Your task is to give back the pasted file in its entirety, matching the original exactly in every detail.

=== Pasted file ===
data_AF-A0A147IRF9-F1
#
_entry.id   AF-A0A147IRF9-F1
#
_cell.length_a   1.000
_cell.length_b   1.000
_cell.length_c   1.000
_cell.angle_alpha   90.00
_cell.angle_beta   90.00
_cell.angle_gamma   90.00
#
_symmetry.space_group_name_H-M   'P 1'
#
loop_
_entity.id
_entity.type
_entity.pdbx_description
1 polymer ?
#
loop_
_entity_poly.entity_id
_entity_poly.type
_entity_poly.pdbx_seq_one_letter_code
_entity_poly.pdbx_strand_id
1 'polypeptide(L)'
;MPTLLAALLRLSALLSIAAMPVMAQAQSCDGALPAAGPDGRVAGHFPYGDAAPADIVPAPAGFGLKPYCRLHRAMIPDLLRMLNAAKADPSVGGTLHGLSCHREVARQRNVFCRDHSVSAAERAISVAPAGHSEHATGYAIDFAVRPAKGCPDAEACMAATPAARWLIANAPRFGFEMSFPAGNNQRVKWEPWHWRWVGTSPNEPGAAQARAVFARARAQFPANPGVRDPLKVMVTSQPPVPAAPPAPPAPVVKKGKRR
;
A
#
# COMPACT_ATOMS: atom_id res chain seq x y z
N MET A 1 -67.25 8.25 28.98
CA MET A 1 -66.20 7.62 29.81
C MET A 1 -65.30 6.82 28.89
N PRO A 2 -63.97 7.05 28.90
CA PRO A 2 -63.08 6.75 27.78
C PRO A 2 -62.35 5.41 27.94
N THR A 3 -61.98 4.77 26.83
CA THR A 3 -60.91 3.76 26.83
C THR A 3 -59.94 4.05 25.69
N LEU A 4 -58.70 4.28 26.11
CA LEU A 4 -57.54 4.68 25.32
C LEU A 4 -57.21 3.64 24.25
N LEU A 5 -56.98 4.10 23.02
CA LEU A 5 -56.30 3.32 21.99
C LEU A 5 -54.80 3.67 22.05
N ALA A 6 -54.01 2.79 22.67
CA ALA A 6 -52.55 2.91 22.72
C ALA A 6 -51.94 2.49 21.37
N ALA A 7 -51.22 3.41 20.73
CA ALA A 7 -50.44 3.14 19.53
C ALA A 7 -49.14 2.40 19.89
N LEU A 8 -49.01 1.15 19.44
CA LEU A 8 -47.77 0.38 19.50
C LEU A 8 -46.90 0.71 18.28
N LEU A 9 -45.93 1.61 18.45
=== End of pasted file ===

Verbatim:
data_AF-A0A147IRF9-F1
#
_entry.id   AF-A0A147IRF9-F1
#
_cell.length_a   1.000
_cell.length_b   1.000
_cell.length_c   1.000
_cell.angle_alpha   90.00
_cell.angle_beta   90.00
_cell.angle_gamma   90.00
#
_symmetry.space_group_name_H-M   'P 1'
#
loop_
_entity.id
_entity.type
_entity.pdbx_description
1 polymer ?
#
loop_
_entity_poly.entity_id
_entity_poly.type
_entity_poly.pdbx_seq_one_letter_code
_entity_poly.pdbx_strand_id
1 'polypeptide(L)'
;MPTLLAALLRLSALLSIAAMPVMAQAQSCDGALPAAGPDGRVAGHFPYGDAAPADIVPAPAGFGLKPYCRLHRAMIPDLLRMLNAAKADPSVGGTLHGLSCHREVARQRNVFCRDHSVSAAERAISVAPAGHSEHATGYAIDFAVRPAKGCPDAEACMAATPAARWLIANAPRFGFEMSFPAGNNQRVKWEPWHWRWVGTSPNEPGAAQARAVFARARAQFPANPGVRDPLKVMVTSQPPVPAAPPAPPAPVVKKGKRR
;
A
#
# COMPACT_ATOMS: atom_id res chain seq x y z
N MET A 1 -67.25 8.25 28.98
CA MET A 1 -66.20 7.62 29.81
C MET A 1 -65.30 6.82 28.89
N PRO A 2 -63.97 7.05 28.90
CA PRO A 2 -63.08 6.75 27.78
C PRO A 2 -62.35 5.41 27.94
N THR A 3 -61.98 4.77 26.83
CA THR A 3 -60.91 3.76 26.83
C THR A 3 -59.94 4.05 25.69
N LEU A 4 -58.70 4.28 26.11
CA LEU A 4 -57.54 4.68 25.32
C LEU A 4 -57.21 3.64 24.25
N LEU A 5 -56.98 4.10 23.02
CA LEU A 5 -56.30 3.32 21.99
C LEU A 5 -54.80 3.67 22.05
N ALA A 6 -54.01 2.79 22.67
CA ALA A 6 -52.55 2.91 22.72
C ALA A 6 -51.94 2.49 21.37
N ALA A 7 -51.22 3.41 20.73
CA ALA A 7 -50.44 3.14 19.53
C ALA A 7 -49.14 2.40 19.89
N LEU A 8 -49.01 1.15 19.44
CA LEU A 8 -47.77 0.38 19.50
C LEU A 8 -46.90 0.71 18.28
N LEU A 9 -45.93 1.61 18.45